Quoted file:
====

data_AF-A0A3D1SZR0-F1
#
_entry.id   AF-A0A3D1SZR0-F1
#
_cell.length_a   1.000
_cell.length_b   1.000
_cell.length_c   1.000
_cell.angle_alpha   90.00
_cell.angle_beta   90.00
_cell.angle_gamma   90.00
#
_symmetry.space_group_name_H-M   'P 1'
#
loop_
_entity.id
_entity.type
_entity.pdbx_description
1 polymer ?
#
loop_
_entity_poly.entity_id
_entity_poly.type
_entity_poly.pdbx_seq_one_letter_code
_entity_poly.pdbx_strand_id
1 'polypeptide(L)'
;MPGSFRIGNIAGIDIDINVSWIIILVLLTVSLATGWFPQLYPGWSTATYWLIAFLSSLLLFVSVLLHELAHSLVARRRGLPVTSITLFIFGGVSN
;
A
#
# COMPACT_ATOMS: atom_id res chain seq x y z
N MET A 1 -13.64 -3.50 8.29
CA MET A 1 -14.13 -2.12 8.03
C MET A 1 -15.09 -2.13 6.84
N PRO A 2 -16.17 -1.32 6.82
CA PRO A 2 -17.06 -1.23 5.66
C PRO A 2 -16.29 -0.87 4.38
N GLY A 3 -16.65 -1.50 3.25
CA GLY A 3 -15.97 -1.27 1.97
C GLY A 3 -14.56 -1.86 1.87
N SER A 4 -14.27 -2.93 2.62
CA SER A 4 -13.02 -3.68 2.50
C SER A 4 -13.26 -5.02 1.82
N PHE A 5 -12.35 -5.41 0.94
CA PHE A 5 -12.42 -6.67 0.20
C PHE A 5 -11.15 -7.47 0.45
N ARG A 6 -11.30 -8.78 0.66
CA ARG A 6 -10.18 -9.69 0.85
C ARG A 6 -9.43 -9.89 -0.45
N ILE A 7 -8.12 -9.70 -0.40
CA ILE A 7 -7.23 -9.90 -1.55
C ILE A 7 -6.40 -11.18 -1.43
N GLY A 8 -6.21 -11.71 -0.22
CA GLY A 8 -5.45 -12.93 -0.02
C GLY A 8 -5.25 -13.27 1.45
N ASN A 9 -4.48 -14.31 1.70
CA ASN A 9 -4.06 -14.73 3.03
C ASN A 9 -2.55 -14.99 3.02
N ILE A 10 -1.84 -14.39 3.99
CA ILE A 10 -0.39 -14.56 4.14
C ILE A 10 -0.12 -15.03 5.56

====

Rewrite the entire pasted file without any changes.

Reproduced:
data_AF-A0A3D1SZR0-F1
#
_entry.id   AF-A0A3D1SZR0-F1
#
_cell.length_a   1.000
_cell.length_b   1.000
_cell.length_c   1.000
_cell.angle_alpha   90.00
_cell.angle_beta   90.00
_cell.angle_gamma   90.00
#
_symmetry.space_group_name_H-M   'P 1'
#
loop_
_entity.id
_entity.type
_entity.pdbx_description
1 polymer ?
#
loop_
_entity_poly.entity_id
_entity_poly.type
_entity_poly.pdbx_seq_one_letter_code
_entity_poly.pdbx_strand_id
1 'polypeptide(L)'
;MPGSFRIGNIAGIDIDINVSWIIILVLLTVSLATGWFPQLYPGWSTATYWLIAFLSSLLLFVSVLLHELAHSLVARRRGLPVTSITLFIFGGVSN
;
A
#
# COMPACT_ATOMS: atom_id res chain seq x y z
N MET A 1 -13.64 -3.50 8.29
CA MET A 1 -14.13 -2.12 8.03
C MET A 1 -15.09 -2.13 6.84
N PRO A 2 -16.17 -1.32 6.82
CA PRO A 2 -17.06 -1.23 5.66
C PRO A 2 -16.29 -0.87 4.38
N GLY A 3 -16.65 -1.50 3.25
CA GLY A 3 -15.97 -1.27 1.97
C GLY A 3 -14.56 -1.86 1.87
N SER A 4 -14.27 -2.93 2.62
CA SER A 4 -13.02 -3.68 2.50
C SER A 4 -13.26 -5.02 1.82
N PHE A 5 -12.35 -5.41 0.94
CA PHE A 5 -12.42 -6.67 0.20
C PHE A 5 -11.15 -7.47 0.45
N ARG A 6 -11.30 -8.78 0.66
CA ARG A 6 -10.18 -9.69 0.85
C ARG A 6 -9.43 -9.89 -0.45
N ILE A 7 -8.12 -9.70 -0.40
CA ILE A 7 -7.23 -9.90 -1.55
C ILE A 7 -6.40 -11.18 -1.43
N GLY A 8 -6.21 -11.71 -0.22
CA GLY A 8 -5.45 -12.93 -0.02
C GLY A 8 -5.25 -13.27 1.45
N ASN A 9 -4.48 -14.31 1.70
CA ASN A 9 -4.06 -14.73 3.03
C ASN A 9 -2.55 -14.99 3.02
N ILE A 10 -1.84 -14.39 3.99
CA ILE A 10 -0.39 -14.56 4.14
C ILE A 10 -0.12 -15.03 5.56